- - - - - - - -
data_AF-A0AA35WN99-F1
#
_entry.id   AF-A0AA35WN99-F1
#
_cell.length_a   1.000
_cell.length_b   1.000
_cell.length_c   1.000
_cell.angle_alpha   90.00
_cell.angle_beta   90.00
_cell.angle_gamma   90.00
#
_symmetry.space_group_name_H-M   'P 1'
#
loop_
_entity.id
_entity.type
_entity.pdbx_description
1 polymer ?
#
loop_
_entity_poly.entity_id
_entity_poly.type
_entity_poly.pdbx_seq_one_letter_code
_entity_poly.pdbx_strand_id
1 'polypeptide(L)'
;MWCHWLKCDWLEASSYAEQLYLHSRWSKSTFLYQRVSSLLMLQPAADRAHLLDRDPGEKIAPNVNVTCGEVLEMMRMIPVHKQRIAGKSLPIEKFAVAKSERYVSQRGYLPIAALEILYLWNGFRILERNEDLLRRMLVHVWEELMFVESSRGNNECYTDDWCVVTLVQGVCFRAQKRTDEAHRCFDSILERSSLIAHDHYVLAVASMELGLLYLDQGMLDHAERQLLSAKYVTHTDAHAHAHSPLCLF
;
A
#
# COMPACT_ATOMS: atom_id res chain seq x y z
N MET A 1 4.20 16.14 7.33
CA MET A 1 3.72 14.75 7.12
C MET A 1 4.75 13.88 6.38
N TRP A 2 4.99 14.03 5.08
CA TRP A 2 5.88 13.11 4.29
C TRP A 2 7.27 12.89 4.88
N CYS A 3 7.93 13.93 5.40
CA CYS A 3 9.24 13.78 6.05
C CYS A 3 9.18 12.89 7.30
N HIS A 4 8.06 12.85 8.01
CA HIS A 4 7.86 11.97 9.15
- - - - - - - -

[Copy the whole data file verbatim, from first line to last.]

data_AF-A0AA35WN99-F1
#
_entry.id   AF-A0AA35WN99-F1
#
_cell.length_a   1.000
_cell.length_b   1.000
_cell.length_c   1.000
_cell.angle_alpha   90.00
_cell.angle_beta   90.00
_cell.angle_gamma   90.00
#
_symmetry.space_group_name_H-M   'P 1'
#
loop_
_entity.id
_entity.type
_entity.pdbx_description
1 polymer ?
#
loop_
_entity_poly.entity_id
_entity_poly.type
_entity_poly.pdbx_seq_one_letter_code
_entity_poly.pdbx_strand_id
1 'polypeptide(L)'
;MWCHWLKCDWLEASSYAEQLYLHSRWSKSTFLYQRVSSLLMLQPAADRAHLLDRDPGEKIAPNVNVTCGEVLEMMRMIPVHKQRIAGKSLPIEKFAVAKSERYVSQRGYLPIAALEILYLWNGFRILERNEDLLRRMLVHVWEELMFVESSRGNNECYTDDWCVVTLVQGVCFRAQKRTDEAHRCFDSILERSSLIAHDHYVLAVASMELGLLYLDQGMLDHAERQLLSAKYVTHTDAHAHAHSPLCLF
;
A
#
# COMPACT_ATOMS: atom_id res chain seq x y z
N MET A 1 4.20 16.14 7.33
CA MET A 1 3.72 14.75 7.12
C MET A 1 4.75 13.88 6.38
N TRP A 2 4.99 14.03 5.08
CA TRP A 2 5.88 13.11 4.29
C TRP A 2 7.27 12.89 4.88
N CYS A 3 7.93 13.93 5.40
CA CYS A 3 9.24 13.78 6.05
C CYS A 3 9.18 12.89 7.30
N HIS A 4 8.06 12.85 8.01
CA HIS A 4 7.86 11.97 9.15